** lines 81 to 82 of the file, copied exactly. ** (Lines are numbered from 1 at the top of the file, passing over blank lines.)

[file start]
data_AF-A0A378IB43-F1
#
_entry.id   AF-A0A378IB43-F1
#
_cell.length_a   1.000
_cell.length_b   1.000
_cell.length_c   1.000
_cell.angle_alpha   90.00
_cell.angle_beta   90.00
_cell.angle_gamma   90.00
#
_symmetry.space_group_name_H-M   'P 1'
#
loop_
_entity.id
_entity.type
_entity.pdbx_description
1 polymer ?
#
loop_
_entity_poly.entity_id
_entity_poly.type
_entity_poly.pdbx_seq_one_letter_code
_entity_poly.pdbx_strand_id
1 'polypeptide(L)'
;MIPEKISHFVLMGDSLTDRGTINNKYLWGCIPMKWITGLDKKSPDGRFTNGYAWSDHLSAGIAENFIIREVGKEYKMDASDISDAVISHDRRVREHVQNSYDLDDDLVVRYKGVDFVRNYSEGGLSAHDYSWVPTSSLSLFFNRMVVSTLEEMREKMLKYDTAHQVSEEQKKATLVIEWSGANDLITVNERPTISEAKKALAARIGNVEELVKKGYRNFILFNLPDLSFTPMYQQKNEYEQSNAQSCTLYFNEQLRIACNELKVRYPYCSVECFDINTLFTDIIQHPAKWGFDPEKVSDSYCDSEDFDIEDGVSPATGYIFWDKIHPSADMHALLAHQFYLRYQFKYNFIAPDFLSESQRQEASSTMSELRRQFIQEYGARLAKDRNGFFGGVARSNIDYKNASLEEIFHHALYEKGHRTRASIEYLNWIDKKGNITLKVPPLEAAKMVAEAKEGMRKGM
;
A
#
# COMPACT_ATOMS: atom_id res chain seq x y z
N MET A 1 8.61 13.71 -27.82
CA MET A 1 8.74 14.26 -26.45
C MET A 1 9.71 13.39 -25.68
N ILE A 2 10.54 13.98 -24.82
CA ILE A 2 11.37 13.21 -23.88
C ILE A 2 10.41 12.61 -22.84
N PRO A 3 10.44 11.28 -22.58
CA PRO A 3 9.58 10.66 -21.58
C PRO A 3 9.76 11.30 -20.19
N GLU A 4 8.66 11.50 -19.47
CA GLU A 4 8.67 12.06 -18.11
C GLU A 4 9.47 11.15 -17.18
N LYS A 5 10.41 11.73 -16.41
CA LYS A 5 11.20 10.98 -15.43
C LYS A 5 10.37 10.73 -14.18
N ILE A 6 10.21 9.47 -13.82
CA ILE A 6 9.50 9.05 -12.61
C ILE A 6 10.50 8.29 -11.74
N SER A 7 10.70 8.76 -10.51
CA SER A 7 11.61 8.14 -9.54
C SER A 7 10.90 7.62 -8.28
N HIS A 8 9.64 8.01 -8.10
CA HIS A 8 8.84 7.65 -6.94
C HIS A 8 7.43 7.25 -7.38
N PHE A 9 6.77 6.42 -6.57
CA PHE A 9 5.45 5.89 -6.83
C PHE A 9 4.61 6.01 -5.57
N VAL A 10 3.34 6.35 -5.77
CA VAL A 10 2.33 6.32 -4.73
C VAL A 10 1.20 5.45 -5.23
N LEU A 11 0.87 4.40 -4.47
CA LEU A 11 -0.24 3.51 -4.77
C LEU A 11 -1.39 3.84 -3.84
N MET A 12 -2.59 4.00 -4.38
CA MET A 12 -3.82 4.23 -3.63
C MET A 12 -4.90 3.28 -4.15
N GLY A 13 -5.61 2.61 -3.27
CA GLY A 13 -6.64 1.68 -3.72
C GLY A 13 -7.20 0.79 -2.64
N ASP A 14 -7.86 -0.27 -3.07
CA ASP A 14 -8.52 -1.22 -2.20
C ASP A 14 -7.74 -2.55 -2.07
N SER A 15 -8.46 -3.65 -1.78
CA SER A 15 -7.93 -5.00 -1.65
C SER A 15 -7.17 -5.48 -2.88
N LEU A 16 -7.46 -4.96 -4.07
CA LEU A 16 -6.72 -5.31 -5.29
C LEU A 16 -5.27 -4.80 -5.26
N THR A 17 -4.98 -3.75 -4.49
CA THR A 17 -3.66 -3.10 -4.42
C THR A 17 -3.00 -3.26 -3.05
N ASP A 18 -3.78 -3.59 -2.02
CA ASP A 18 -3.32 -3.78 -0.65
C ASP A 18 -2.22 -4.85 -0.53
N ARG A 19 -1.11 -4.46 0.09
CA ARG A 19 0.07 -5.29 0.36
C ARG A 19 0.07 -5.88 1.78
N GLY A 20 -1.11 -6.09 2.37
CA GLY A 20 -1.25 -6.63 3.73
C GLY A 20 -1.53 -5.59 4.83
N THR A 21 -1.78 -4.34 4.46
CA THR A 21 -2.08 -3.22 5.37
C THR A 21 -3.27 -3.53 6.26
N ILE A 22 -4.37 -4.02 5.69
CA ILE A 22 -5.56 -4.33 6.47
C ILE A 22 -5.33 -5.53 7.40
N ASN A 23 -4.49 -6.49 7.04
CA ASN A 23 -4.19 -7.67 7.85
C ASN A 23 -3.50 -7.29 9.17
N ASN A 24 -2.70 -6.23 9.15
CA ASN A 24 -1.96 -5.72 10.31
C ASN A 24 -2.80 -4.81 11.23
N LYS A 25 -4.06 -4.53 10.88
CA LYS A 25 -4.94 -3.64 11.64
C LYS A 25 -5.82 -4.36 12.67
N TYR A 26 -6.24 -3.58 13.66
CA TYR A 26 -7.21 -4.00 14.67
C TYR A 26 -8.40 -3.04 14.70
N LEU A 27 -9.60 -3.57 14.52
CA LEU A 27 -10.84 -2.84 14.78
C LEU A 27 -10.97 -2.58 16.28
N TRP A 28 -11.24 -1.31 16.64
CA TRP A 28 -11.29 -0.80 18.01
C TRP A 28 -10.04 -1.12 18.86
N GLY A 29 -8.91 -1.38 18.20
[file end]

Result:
C THR A 17 -3.00 -3.26 -3.05
N ASP A 18 -3.78 -3.59 -2.02